Every LHD is intended to conform to the values and desires of the neighborhood it applies to. If we had an LHD, what should it look like?

Based in part on the work done by the Pemberton Heights Neighborhood Association, WANG has defined the following set of Guiding Principals for what we think our neighbors would want – and would not want – in an LHD. Is this what you want? Please review and let us know.
Outreach/Process

“Our goal is to maintain the uniqueness of West Austin, the quality of life that comes from that uniqueness, and the value of owning a home in this neighborhood. The City has written the LHD ordinance to create incentives for preservation of historic areas of Austin. Each historic district creates its own unique Preservation Plan. By forming an LHD and developing a Preservation Plan, neighbors are agreeing to restrict their own building options in exchange for having similar restrictions applicable to all other building projects in the neighborhood.

“The Board will guide the development of the Preservation Plan in a way that encourages input from all affected property owners from the proposed LHD, with the goal of developing a Preservation Plan that reflects the broad consensus values of the affected property owners from the proposed LHD.”
Property Values

“The intent of the LHD is to enhance property values for homeowner-residents by creating and maintaining a neighborhood sought by potential residents not only for its convenient location but also for its unique community of authentic historic homes and sympathetic newer construction.

“Recognizing that historic preservation requires a shared commitment and vision by those affected, the LHD is intended to favor investment in the neighborhood by owner-residents over the financial interests of development speculators.”
Predictability

“The Preservation Plan will provide clarity and predictability regarding new construction, remodeling, and preservation in the neighborhood, and should reduce the need for neighbor to confront neighbor over development proposals. The plan should not be burdensome or time-consuming to those who comply with it.”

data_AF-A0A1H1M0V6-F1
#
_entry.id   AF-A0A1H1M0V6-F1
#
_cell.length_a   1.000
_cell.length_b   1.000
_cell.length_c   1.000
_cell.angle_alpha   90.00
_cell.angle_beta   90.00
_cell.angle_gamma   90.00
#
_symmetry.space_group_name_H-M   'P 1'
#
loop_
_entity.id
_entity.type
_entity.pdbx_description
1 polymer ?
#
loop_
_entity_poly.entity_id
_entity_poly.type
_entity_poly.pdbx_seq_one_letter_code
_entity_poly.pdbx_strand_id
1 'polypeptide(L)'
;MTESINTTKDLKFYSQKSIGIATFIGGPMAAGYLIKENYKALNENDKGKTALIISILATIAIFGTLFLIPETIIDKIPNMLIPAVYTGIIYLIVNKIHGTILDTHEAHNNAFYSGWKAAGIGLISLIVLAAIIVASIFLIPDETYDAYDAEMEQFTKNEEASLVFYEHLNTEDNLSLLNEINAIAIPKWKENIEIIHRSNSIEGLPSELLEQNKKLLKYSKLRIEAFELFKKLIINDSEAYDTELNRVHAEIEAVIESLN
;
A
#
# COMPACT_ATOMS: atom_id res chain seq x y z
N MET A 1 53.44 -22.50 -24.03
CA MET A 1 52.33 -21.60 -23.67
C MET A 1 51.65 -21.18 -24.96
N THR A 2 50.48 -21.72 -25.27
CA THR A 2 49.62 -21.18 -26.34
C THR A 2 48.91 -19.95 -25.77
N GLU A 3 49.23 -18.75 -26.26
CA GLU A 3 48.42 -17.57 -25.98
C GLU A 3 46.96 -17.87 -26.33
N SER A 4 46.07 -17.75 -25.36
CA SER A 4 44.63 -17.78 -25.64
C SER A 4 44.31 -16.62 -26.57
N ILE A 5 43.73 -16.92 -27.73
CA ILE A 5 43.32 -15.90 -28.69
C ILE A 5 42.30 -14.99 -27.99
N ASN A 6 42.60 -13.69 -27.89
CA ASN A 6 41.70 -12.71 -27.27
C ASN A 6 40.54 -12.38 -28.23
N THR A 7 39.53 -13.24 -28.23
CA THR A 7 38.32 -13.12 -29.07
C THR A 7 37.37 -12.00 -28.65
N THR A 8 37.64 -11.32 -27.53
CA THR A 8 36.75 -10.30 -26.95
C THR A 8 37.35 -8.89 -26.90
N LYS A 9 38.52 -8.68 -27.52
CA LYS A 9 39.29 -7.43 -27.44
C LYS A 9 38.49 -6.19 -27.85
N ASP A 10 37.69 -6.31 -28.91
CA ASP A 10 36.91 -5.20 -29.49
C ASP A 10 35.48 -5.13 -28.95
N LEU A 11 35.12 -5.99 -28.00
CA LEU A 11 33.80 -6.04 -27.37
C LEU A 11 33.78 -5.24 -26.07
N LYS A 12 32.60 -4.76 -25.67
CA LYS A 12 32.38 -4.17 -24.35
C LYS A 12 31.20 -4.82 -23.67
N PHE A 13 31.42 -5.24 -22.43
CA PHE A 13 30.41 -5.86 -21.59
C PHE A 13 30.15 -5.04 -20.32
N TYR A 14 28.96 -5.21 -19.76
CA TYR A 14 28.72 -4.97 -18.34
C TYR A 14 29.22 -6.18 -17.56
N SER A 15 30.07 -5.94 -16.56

Landscape and Amenities

“We will look for ways to maintain the tree cover and the open public and private landscaping that currently exist in West Austin. We will seek opportunities to keep traffic noise levels down and provide historically sensitive public amenities as part of the Preservation Plan.”
Lot Size

“The Preservation Plan will maintain the traditional arrangement and rhythm of houses along streets in West Austin. Except for undeveloped tracts, lot splits, combining lots, or creating lots that do not front on a street will be strongly discouraged.”
Neighborhood “Feel”

“A primary goal of the guidelines on lot size, scale of house to yard, architectural style, and open landscaping is to preserve the neighborhood’s unique character, which is created by the narrow streets, mature trees, uniform set-backs, and diversity of historic architectural styles.”
Scale: House and Yard

“The design guidelines will identify and quantify the setbacks, heights, and building mass relative to lot size generally used by contributing homes in the neighborhood, and provide standards for new construction so that the traditional proportions of landscape to improvements in the neighborhood are respected. It will encourage the traditional orientation of homes on lots, the open front yards customary in the neighborhood, and the preservation of mature trees.”
Architectural Design

In order to protect the historic integrity and feel of the West Austin neighborhood, we foresee new design guidelines defining set-backs, materials, landscaping, fencing, and the overall design of new structures. Our goals in the development of these architectural design guidelines are:

1. That they encourage new construction that is respectful of and sympathetic to the traditional residential design in the neighborhood, while allowing for contemporary interpretations and style.

2. That all new design guidelines be objective and measurable, so that it is obvious when a structure is in compliance and when it isn’t. We are opposed to subjective guidelines that add uncertainty to the design and construction process.

3. That the guidelines be simple and focus on big issues. They should not be ‘fussy’ or too detailed.

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